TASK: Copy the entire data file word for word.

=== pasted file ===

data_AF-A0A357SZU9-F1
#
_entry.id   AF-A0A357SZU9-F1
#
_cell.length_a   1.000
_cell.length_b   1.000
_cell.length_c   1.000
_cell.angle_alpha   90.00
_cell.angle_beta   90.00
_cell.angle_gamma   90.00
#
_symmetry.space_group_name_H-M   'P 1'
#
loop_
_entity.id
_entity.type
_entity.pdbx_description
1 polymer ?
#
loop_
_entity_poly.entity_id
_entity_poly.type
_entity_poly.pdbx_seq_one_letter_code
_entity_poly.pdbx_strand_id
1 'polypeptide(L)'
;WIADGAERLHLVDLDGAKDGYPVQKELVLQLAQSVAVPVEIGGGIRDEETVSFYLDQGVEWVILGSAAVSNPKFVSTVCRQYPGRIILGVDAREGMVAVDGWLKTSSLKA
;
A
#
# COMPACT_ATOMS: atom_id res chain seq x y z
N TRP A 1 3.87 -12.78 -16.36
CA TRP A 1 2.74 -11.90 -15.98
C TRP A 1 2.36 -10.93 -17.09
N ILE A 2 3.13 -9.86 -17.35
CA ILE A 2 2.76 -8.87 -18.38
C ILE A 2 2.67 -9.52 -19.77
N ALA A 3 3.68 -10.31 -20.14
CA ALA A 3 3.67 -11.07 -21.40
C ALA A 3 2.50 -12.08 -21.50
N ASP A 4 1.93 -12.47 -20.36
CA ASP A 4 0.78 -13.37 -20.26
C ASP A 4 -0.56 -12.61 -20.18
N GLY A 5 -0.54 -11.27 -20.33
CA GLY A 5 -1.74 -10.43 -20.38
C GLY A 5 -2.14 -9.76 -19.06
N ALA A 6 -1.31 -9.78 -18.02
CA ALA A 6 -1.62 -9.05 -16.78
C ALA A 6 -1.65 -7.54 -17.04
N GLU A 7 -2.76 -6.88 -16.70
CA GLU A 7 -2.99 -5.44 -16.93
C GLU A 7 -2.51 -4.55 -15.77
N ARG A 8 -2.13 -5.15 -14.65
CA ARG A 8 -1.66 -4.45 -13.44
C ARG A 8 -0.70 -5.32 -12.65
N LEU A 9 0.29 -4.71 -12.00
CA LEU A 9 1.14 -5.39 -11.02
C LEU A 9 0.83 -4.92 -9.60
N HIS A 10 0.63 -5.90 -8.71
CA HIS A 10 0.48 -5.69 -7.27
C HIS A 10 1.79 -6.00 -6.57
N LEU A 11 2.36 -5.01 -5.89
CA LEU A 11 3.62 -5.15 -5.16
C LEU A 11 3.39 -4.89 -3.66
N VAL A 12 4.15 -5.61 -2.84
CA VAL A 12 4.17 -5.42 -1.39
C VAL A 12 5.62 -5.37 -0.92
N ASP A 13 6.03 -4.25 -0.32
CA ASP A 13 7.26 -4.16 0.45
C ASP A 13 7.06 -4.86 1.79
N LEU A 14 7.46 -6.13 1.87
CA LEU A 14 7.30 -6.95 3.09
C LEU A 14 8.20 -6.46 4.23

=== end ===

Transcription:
data_AF-A0A357SZU9-F1
#
_entry.id   AF-A0A357SZU9-F1
#
_cell.length_a   1.000
_cell.length_b   1.000
_cell.length_c   1.000
_cell.angle_alpha   90.00
_cell.angle_beta   90.00
_cell.angle_gamma   90.00
#
_symmetry.space_group_name_H-M   'P 1'
#
loop_
_entity.id
_entity.type
_entity.pdbx_description
1 polymer ?
#
loop_
_entity_poly.entity_id
_entity_poly.type
_entity_poly.pdbx_seq_one_letter_code
_entity_poly.pdbx_strand_id
1 'polypeptide(L)'
;WIADGAERLHLVDLDGAKDGYPVQKELVLQLAQSVAVPVEIGGGIRDEETVSFYLDQGVEWVILGSAAVSNPKFVSTVCRQYPGRIILGVDAREGMVAVDGWLKTSSLKA
;
A
#
# COMPACT_ATOMS: atom_id res chain seq x y z
N TRP A 1 3.87 -12.78 -16.36
CA TRP A 1 2.74 -11.90 -15.98
C TRP A 1 2.36 -10.93 -17.09
N ILE A 2 3.13 -9.86 -17.35
CA ILE A 2 2.76 -8.87 -18.38
C ILE A 2 2.67 -9.52 -19.77
N ALA A 3 3.68 -10.31 -20.14
CA ALA A 3 3.67 -11.07 -21.40
C ALA A 3 2.50 -12.08 -21.50
N ASP A 4 1.93 -12.47 -20.36
CA ASP A 4 0.78 -13.37 -20.26
C ASP A 4 -0.56 -12.61 -20.18
N GLY A 5 -0.54 -11.27 -20.33
CA GLY A 5 -1.74 -10.43 -20.38
C GLY A 5 -2.14 -9.76 -19.06
N ALA A 6 -1.31 -9.78 -18.02
CA ALA A 6 -1.62 -9.05 -16.78
C ALA A 6 -1.65 -7.54 -17.04
N GLU A 7 -2.76 -6.88 -16.70
CA GLU A 7 -2.99 -5.44 -16.93
C GLU A 7 -2.51 -4.55 -15.77
N ARG A 8 -2.13 -5.15 -14.65
CA ARG A 8 -1.66 -4.45 -13.44
C ARG A 8 -0.70 -5.32 -12.65
N LEU A 9 0.29 -4.71 -12.00
CA LEU A 9 1.14 -5.39 -11.02
C LEU A 9 0.83 -4.92 -9.60
N HIS A 10 0.63 -5.90 -8.71
CA HIS A 10 0.48 -5.69 -7.27
C HIS A 10 1.79 -6.00 -6.57
N LEU A 11 2.36 -5.01 -5.89
CA LEU A 11 3.62 -5.15 -5.16
C LEU A 11 3.39 -4.89 -3.66
N VAL A 12 4.15 -5.61 -2.84
CA VAL A 12 4.17 -5.42 -1.39
C VAL A 12 5.62 -5.37 -0.92
N ASP A 13 6.03 -4.25 -0.32
CA ASP A 13 7.26 -4.16 0.45
C ASP A 13 7.06 -4.86 1.79
N LEU A 14 7.46 -6.13 1.87
CA LEU A 14 7.30 -6.95 3.09
C LEU A 14 8.20 -6.46 4.23